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Jury retires in London fixed-wheel cyclist manslaughter case after closing arguments

Charlie Alliston is accused of killing pedestrian Kim Briggs in London in February 2016

The Old Bailey jury trying a case in which a cyclist who was riding a fixed gear bike is charged with the manslaughter of a London pedestrian last year has retired to consider its verdict.

 Charlie Alliston, aged 20 and from Bermondsey, is also charged with causing bodily harm by wanton or furious driving.

Kim Briggs, a 44-year-old HR consultant and mother-of-two, died in hospital from injuries sustained when she and Alliston were in a collision as she crossed Old Street during her lunch break in Februrary last year.

Much of the prosecution's case is based on the fact that Alliston was riding a fixed gear bike that was not equipped with a front brake, meaning it could not legally be used on the road under English law.

In his closing argument on behalf of the Crown, Duncan Penny QC said:  "You may think it is not rocket science why track bikes are not allowed in the roads.

"We all have to use public roads and therefore road safety is regulated. Track bikes are built for speed.

"It shouldn’t be on the road, it has no front brake, it is a speed machine.

"It is Shoreditch, it is lunchtime, there are cars, there are parked lorries, there are pedestrians who look to cross the road. You have got to be ready for things that happen."

Penny described Alliston as a risk-taker who was inspired by videos of alleycat races by the American film-maker, Lucas Brunelle.

"If you are prepared to take a risk in the style of Lucas Brunelle the reality is you are going to have to deal with stopping when hazards occur," he insisted.

"To do something dangerous as riding around on this bike is asking for trouble.

"He was going too quick bearing in mind the braking ability he had," he added.

Speaking in Alliston's defence,  Mark Wyeth QC said: “The counsel of perfection that the prosecution put forward is so complete, if you reversed the outcome, if Mr Alliston went over the handlebars, had fractured his skull and died and Mrs Briggs got up and dusted herself off, what's to stop her from being prosecuted for manslaughter on the approach the prosecution take, because she should not have been there?"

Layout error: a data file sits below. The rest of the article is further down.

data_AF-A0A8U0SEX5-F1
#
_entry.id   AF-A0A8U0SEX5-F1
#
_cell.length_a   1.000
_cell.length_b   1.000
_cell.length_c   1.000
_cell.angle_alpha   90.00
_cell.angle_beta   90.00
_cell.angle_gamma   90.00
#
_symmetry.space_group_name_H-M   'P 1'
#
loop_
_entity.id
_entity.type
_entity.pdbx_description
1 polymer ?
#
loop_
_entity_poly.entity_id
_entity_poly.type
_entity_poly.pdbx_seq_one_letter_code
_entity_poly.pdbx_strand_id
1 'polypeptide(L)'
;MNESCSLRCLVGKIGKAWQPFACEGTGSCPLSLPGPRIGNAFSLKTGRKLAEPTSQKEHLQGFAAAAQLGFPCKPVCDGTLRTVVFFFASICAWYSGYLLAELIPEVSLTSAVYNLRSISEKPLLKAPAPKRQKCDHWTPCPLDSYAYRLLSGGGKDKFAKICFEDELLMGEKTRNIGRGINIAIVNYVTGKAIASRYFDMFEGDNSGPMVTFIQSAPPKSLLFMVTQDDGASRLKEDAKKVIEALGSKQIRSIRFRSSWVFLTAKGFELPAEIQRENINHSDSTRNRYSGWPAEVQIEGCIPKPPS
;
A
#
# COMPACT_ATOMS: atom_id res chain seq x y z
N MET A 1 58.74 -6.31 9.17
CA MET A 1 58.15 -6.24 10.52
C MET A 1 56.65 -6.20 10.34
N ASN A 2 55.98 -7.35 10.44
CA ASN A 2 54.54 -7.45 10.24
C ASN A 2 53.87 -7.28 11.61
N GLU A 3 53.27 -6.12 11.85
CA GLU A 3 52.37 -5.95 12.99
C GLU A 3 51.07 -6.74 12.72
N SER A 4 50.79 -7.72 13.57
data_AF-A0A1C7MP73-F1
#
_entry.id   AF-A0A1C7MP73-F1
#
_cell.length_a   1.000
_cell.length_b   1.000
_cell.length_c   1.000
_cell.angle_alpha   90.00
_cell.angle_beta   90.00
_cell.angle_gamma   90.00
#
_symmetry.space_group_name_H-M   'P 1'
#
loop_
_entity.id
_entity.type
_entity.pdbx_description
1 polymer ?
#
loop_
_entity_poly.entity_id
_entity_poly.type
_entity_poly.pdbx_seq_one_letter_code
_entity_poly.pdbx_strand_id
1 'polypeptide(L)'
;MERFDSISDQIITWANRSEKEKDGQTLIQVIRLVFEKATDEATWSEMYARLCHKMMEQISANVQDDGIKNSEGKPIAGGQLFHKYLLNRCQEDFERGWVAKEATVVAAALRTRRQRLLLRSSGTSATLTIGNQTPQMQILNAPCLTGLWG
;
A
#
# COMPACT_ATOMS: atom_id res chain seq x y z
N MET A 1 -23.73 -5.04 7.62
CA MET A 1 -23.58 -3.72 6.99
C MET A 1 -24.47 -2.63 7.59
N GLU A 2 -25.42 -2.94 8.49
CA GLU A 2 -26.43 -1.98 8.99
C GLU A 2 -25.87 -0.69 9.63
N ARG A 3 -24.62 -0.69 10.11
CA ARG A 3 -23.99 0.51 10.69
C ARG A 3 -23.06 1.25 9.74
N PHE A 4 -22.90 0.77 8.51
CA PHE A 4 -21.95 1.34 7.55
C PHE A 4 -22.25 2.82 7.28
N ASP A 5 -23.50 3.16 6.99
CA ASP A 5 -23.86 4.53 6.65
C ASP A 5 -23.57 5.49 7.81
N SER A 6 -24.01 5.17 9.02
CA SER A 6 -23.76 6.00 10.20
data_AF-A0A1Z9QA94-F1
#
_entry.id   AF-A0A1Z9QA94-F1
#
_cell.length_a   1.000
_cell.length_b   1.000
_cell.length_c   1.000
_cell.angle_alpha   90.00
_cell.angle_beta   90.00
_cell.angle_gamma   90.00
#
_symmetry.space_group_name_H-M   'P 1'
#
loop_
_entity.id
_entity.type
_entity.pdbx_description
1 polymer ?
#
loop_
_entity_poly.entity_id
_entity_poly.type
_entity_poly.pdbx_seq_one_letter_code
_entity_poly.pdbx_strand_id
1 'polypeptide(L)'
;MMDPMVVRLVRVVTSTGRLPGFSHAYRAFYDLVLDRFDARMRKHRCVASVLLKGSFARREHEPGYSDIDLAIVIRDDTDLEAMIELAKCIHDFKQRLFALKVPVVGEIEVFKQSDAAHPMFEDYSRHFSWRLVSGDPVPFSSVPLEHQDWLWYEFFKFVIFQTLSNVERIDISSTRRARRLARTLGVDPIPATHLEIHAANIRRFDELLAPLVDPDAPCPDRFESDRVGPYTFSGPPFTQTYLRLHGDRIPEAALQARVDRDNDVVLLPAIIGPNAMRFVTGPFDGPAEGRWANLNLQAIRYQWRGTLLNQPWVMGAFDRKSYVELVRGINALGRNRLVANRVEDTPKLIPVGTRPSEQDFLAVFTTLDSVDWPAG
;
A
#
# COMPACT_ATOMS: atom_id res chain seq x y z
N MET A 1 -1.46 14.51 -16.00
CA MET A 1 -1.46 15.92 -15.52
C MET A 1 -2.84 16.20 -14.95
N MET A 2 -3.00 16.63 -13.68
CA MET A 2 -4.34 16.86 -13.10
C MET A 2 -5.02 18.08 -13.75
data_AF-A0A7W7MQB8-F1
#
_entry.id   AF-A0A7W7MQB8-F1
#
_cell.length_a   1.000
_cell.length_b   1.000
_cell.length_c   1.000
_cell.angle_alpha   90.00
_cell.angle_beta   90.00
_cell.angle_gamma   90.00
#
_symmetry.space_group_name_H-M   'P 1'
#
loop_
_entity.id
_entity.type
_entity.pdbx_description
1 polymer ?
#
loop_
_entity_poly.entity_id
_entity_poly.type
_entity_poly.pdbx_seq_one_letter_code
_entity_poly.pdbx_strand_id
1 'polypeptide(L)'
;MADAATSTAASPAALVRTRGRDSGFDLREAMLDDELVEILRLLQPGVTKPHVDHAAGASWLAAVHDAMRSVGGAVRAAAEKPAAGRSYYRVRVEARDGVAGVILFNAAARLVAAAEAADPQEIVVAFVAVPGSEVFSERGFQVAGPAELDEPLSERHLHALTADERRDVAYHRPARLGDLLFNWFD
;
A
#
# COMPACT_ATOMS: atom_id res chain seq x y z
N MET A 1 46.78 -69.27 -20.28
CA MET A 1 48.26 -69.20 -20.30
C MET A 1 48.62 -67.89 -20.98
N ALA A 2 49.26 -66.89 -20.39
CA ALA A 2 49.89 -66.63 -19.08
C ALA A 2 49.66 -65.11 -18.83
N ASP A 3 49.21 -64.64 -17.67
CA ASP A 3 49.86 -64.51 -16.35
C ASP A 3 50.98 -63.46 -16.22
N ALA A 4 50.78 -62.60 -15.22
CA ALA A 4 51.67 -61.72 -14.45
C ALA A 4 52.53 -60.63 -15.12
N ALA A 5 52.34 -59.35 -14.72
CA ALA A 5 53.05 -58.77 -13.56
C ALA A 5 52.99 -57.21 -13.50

He also said that Alliston had right of way, and that Mrs Briggs had chosen not to cross the road at a pedestrian crossing 30 feet away from where the collision happened.

"This is not a case of somebody jumping the lights," he maintained.

"This is not a case of an approach speed on this bike that was illegal, it's a 30mph area and the hazards that were in that road were not of Mr Alliston's making."

He added: "The Crown have run with this 'no brake' point without, you may think, a proper analysis of the stepping back point.

"Their preoccupation with brakes and speed is in contrast with what the defendant was saying, which was really about the position of Mrs Briggs and she was, in due respect, the hazard."

In her summing-up of the case, Judge Wendy Joseph QC, reiterated the evidence of a police officer who estimated Alliston's speed at betwen 10 and 14 miles an hour.

The jury is now considering its verdict on the charges.

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Simon joined as news editor in 2009 and is now the site’s community editor, acting as a link between the team producing the content and our readers. A law and languages graduate, published translator and former retail analyst, he has reported on issues as diverse as cycling-related court cases, anti-doping investigations, the latest developments in the bike industry and the sport’s biggest races. Now back in London full-time after 15 years living in Oxford and Cambridge, he loves cycling along the Thames but misses having his former riding buddy, Elodie the miniature schnauzer, in the basket in front of him.

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